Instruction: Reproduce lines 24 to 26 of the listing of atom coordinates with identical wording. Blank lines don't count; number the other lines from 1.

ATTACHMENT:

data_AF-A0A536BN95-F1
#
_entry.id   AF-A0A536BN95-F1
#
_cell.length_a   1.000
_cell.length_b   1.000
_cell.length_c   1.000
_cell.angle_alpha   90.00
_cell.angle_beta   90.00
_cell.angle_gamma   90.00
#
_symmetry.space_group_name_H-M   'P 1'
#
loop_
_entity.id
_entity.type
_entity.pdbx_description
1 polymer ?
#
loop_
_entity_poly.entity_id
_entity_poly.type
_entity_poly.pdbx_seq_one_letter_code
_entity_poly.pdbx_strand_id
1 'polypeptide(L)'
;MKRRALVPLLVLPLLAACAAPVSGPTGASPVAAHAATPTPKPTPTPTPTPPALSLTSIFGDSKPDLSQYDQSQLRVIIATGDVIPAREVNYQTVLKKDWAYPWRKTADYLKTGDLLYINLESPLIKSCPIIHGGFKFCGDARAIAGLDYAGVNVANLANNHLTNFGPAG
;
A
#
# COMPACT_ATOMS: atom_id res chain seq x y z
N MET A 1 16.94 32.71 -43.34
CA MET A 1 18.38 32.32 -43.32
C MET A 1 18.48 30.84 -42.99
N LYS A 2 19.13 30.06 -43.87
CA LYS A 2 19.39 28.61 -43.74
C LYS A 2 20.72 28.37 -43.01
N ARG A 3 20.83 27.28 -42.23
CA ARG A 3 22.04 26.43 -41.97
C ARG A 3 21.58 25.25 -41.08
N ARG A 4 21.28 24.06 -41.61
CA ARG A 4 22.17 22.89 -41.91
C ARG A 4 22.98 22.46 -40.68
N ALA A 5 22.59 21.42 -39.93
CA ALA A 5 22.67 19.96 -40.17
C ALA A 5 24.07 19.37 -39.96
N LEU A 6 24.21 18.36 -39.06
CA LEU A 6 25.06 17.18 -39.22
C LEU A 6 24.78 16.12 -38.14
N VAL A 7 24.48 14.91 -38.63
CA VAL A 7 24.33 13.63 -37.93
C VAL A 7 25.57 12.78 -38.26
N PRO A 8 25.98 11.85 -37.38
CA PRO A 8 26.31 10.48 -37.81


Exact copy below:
_entity_poly.pdbx_strand_id
1 'polypeptide(L)'
;MKRRALVPLLVLPLLAACAAPVSGPTGASPVAAHAATPTPKPTPTPTPTPPALSLTSIFGDSKPDLSQYDQSQLRVIIATGDVIPAREVNYQTVLKKDWAYPWRKTADYLKTGDLLYINLESPLIKSCPIIHGGFKFCGDARAIAGLDYAGVNVANLANNHLTNFGPAG